Holy Week Explained and Celebrated
As we move through the church year, we are getting closer to Easter. The next step along the way is Holy Week. When we think of Christianity as a journey, the events of Holy Week are tremendously important, as we imagine Jesus’ journey through suffering to glory, and as we reflect on our own journeys.
As the gathering clouds of conflict hover, Jesus comes with his disciples into Jerusalem, and the people shout hosannas! Does this mean he is the Messiah, come to save the people from Rome? No, the hint here is that he arrives on a donkey rather than in a chariot. Whatever people expect, the reality will be ……
Now we come to a time of mystery and gathering gloom. Jesus gathers with his disciples in an upper room and they celebrate a simple meal together, their last meal together. Soon they will go to the Garden of Gethsemane and the soldiers of Rome will come to arrest him and the journey takes another turn…….
On Maundy Thursday, many Christians gather for a Service of Tenebrae. At St. John’s this involves a quiet, meditative soup supper focused around the Gospel texts of the betrayal and arrest of Jesus and a re-enactment of that last meal that Jesus had with his followers. We join Christians who have done this simple thing together for two thousand years. A quiet meal together, reflecting on what is next…
Join us for this simple but holy event — 6:30 pm, Thursday, April 5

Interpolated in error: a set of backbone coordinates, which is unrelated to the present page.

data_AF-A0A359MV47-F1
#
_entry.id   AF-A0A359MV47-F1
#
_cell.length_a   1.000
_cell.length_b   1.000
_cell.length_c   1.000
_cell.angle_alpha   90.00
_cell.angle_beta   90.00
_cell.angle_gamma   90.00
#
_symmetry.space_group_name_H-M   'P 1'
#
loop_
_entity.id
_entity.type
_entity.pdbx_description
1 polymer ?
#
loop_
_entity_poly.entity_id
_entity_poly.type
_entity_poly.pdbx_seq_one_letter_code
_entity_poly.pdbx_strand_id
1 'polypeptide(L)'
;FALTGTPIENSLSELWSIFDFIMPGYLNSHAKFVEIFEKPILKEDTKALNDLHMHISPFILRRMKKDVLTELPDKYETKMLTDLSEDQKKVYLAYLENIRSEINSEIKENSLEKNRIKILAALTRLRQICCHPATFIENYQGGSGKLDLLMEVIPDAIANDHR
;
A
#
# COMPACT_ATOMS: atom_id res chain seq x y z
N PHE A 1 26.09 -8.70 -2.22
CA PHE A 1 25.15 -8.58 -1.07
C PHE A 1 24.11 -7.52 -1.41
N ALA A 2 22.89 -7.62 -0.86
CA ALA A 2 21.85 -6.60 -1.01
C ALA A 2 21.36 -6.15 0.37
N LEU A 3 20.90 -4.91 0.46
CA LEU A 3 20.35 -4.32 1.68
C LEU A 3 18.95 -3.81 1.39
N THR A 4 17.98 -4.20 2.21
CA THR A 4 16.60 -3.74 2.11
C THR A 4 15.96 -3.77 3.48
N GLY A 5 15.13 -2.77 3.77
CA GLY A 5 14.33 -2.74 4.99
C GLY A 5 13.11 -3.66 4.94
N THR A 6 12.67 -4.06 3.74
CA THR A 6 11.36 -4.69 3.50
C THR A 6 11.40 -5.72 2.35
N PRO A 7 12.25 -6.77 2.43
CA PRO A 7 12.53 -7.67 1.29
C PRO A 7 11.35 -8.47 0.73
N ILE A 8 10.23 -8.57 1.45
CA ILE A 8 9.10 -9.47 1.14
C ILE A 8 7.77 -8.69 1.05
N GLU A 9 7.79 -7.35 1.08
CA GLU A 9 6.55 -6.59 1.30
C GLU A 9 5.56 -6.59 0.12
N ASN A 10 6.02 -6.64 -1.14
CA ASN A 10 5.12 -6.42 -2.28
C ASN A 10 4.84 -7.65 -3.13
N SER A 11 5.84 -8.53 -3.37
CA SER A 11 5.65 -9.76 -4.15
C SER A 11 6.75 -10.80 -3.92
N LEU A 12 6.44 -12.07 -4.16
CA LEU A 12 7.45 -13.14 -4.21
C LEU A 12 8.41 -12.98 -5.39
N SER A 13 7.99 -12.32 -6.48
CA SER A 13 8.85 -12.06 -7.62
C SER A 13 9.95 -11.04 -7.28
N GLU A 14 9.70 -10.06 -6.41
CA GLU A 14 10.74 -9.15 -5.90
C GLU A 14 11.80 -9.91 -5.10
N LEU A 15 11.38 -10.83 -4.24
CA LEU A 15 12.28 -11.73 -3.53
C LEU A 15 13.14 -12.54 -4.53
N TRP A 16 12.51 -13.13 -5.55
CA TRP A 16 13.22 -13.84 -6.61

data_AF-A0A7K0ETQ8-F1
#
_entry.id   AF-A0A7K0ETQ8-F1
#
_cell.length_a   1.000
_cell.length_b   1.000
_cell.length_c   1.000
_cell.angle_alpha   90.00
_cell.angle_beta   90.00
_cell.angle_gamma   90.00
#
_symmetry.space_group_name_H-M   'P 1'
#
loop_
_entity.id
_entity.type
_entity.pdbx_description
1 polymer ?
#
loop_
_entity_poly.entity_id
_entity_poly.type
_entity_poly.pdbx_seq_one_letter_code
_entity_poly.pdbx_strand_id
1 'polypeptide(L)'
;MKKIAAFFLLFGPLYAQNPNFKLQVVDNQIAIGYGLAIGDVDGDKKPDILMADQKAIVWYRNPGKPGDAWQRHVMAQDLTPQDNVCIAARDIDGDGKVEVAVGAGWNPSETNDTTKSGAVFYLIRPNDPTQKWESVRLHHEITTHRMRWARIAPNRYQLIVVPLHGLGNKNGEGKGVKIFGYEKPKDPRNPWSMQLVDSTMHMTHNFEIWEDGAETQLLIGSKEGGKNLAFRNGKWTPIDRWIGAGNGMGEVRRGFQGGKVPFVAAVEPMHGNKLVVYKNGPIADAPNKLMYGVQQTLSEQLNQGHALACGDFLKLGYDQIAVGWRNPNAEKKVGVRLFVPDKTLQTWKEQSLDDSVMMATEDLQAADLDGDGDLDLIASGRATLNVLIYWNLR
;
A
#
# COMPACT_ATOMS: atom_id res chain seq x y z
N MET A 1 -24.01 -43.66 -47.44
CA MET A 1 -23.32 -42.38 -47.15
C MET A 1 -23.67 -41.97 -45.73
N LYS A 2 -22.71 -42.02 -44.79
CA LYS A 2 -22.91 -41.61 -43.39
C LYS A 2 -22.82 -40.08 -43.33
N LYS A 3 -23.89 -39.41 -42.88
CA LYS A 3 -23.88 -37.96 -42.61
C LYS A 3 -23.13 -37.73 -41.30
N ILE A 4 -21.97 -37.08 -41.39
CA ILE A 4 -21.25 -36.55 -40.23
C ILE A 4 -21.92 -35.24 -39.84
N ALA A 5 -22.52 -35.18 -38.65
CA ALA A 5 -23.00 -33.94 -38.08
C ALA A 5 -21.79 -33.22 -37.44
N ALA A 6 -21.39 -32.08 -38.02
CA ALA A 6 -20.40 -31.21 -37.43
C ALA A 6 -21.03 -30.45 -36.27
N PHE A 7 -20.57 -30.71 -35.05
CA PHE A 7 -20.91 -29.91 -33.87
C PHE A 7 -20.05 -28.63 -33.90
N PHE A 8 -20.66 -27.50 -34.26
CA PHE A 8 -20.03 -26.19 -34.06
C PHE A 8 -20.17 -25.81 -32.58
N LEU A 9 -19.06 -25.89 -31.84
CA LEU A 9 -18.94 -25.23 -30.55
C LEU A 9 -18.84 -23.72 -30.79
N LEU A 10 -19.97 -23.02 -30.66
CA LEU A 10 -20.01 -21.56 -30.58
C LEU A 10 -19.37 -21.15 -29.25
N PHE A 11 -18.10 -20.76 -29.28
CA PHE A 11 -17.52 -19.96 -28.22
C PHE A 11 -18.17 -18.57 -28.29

Now we commemorate the worst day in this story. The disciples are truly confused. Jesus has been arrested and appeared before Pilate, who gave him up to the local authorities. Jesus of Nazareth is crucified on a cross, with two criminals — a disastrous and ignominious end. Is there no hope? The disciples thought that he would be Messiah, Saviour, but instead, he is dead and buried. It seems as though all is lost. That sense of lost hope, lost future is real in our lives on many occasions. On Good Friday we remember or re-imagine Jesus’s death and we weep at the loss — all the losses and this most important loss.
The body is taken down from the cross and laid in a tomb. The disciples retreat to their upper room in shock and grief.
The sanctuary at St. John’s will be open from 12 noon to 2 pm, with an opportunity for meditation.
Join us for Easter Sunday!
The day of resurrection, of joy, of recognition of this tremendously important gift we have been given! New life! Eternal life! Hallelujah, Christ is Risen.